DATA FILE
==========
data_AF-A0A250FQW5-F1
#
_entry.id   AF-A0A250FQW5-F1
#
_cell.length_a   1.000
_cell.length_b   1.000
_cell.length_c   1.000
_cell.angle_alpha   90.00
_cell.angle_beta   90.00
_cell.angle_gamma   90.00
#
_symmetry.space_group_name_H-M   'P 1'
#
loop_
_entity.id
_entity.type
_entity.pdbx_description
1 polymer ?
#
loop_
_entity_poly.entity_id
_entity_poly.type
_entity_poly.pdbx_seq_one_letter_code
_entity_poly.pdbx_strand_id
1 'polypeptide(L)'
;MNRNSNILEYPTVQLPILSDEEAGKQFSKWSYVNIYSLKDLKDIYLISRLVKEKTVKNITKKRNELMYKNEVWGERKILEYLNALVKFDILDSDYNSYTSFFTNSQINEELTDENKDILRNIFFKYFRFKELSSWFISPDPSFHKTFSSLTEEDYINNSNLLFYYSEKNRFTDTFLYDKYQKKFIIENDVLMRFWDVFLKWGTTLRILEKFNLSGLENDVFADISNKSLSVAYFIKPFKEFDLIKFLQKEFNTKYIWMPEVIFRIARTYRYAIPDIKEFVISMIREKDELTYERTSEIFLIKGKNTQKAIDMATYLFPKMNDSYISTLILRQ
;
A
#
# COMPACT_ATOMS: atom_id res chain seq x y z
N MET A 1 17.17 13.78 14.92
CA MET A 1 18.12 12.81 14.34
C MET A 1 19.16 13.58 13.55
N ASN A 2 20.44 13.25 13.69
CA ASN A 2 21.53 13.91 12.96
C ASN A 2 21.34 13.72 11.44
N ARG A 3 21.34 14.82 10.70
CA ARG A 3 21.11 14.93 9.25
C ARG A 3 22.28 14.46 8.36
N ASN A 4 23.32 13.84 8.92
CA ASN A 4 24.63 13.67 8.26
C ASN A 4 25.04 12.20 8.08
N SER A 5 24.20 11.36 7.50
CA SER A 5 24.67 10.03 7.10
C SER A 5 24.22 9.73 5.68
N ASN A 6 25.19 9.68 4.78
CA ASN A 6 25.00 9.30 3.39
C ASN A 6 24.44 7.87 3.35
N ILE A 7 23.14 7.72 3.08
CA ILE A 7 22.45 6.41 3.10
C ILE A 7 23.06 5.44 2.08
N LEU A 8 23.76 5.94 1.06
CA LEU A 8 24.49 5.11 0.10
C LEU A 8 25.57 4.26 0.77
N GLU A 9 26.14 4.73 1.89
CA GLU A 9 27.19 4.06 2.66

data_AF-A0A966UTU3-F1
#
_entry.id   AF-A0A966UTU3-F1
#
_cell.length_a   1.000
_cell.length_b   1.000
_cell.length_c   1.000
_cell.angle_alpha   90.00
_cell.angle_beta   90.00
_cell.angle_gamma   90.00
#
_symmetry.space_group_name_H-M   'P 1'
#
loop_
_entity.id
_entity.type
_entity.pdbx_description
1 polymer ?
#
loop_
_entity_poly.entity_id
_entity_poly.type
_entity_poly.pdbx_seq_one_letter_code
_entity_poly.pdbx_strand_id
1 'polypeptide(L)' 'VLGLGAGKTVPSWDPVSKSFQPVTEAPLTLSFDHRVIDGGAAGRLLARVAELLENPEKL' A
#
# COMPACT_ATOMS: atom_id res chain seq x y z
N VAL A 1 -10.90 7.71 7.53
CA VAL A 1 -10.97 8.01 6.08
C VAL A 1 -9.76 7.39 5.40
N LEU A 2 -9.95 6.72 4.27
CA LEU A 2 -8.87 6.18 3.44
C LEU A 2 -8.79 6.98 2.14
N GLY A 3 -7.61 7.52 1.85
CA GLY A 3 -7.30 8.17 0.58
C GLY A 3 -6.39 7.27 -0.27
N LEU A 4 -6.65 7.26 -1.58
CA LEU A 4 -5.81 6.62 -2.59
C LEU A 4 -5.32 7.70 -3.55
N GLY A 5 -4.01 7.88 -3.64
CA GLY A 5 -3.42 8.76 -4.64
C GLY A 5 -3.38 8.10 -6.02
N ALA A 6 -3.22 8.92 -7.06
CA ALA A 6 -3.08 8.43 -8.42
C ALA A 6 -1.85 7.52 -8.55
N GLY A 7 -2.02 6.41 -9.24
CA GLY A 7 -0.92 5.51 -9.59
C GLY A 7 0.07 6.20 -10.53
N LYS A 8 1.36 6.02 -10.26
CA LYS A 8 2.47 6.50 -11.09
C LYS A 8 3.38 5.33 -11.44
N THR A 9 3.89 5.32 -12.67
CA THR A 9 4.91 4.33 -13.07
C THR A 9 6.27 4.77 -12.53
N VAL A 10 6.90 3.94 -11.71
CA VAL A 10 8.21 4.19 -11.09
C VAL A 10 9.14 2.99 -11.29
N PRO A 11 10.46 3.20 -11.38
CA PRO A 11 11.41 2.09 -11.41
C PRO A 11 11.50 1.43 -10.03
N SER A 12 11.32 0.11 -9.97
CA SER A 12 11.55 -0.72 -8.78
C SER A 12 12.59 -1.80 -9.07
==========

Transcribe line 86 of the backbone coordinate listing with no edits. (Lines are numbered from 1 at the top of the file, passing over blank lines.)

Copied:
C VAL A 1 -9.76 7.39 5.40